Saturday, August 09, 2008

At the intersection
of land and sky

July 18 and 19th the Rocket Mavericks Foundation hosted its second annual Competition in the Black Rock dry lakebed, about 2 1/2 hours northeast of Reno, Nevada, in the same general area Burning Man is held.

It's a rough-and-tumble affair, where grizzled and not-so-grizzled rocketeers truck their privately built devices out to the open spaces and fire them into the sky, sometimes as high as 100,000 feet, high enough to record the curvature of the earth on little webcams that instantly transmit photos back to earth. The whole thing has to be cleared with the FAA and the BLM beforehand, and the monument has what they call a "leave no trace" policy, meaning everything you bring in you are obliged to bring out. If the friendly ranger finds any sign of transgression he gleefully writes a big fat ticket. The Mavericks assemble an RV city, an instant camp that during the baking hot day, under an intense sun, hums with people at tables putting together strange electronics, vehicles rushing about the lakebed kicking up dust clouds, and the occasional moment when the whole camp freezes, absolute silence and the guy with the red button starts a countdown everybody can hear, "5-4-3-2-1." Then out to the north comes a crackling gutteral roar as the engine ignites and for a few brief seconds you catch the slender shape kick up a cloud of dust and head skyward, borne atop a brilliant flame.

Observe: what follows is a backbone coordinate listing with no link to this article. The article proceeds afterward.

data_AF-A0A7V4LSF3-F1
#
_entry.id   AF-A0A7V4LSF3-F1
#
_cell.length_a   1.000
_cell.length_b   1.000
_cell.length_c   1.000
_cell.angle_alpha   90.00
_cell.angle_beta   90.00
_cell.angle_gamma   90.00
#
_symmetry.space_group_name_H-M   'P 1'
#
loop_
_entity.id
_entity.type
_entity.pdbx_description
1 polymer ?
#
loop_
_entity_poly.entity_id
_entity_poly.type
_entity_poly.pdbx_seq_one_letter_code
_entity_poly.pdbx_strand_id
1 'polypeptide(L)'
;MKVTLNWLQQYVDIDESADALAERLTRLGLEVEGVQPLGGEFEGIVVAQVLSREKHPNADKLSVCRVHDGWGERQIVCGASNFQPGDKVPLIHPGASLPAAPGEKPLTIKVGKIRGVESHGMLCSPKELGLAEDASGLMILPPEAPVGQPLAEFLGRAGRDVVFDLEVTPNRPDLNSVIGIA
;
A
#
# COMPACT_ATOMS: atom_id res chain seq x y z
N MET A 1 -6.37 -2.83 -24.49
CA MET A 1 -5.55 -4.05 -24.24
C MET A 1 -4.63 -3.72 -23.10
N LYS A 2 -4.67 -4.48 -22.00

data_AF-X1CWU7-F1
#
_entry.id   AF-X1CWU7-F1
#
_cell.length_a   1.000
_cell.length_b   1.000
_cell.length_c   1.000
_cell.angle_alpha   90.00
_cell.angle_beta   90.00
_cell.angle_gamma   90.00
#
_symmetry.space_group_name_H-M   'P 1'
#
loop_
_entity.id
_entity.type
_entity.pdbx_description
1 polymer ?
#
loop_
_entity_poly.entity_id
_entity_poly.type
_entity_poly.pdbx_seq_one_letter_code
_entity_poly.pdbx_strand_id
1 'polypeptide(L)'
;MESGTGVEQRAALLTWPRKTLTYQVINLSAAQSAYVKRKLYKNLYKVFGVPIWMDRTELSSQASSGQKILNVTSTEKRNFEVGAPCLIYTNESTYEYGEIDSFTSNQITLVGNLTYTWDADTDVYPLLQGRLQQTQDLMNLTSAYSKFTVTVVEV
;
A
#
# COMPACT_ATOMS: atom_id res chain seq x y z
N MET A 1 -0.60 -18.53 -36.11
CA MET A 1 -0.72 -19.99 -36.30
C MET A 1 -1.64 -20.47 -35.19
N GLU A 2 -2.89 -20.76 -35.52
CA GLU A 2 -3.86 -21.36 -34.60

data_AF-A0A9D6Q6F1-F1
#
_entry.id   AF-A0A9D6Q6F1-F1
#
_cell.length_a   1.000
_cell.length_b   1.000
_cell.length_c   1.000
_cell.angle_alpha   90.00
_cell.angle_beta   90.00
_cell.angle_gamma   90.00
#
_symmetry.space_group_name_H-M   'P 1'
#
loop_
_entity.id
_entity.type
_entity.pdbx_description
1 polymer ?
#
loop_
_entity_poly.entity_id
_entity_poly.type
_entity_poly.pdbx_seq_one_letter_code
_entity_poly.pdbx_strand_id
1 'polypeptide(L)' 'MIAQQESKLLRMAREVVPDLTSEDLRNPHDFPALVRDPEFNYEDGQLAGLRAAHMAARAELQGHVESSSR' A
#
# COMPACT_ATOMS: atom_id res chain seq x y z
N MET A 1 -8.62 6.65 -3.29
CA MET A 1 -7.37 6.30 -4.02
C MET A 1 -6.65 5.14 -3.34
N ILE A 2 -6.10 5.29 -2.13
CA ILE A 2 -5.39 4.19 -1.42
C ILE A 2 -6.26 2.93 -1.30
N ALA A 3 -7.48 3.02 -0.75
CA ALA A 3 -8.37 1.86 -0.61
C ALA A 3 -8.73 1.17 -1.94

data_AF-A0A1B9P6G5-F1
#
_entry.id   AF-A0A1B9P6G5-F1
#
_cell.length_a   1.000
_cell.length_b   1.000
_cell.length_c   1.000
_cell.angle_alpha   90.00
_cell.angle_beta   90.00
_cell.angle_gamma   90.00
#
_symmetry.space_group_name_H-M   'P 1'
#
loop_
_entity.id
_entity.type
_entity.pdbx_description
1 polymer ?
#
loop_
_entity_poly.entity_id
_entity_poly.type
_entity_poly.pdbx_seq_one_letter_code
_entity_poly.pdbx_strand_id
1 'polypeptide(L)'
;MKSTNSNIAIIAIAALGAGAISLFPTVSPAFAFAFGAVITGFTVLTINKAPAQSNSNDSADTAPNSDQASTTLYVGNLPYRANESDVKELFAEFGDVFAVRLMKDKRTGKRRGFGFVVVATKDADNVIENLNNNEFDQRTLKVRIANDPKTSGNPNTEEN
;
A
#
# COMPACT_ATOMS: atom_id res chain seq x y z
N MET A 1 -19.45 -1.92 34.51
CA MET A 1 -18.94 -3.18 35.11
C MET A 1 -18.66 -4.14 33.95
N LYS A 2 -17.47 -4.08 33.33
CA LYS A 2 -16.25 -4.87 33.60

Higher she climbs out of sight, until someone spots her floating down, parachutes unfurling. Later when the rocket cools they drive out to retrieve it wherever it fell, in whatever shape it lands. Some come back souvenirs, others live to fly another day. At dusk another atmosphere envelops the camp as worktables shut down -except for those about to do a night launch, of which there are fewer- and as the sun sets over a distant mountain range the fires are lit and the bravado kicks into high gear. For the faint of heart who don't mind a drive of 30 minutes over the dry lake, rudimentary hotel rooms can be booked at Bruno's Motel in nearby Gerlach at around US$60/night. The desert's splendid isolation and the 360 degrees of sky make this remarkable. But it's the cast of characters who contribute to the madness that makes this experience an extraordinary one. To view a souvenir booklet documenting the event go to For more information see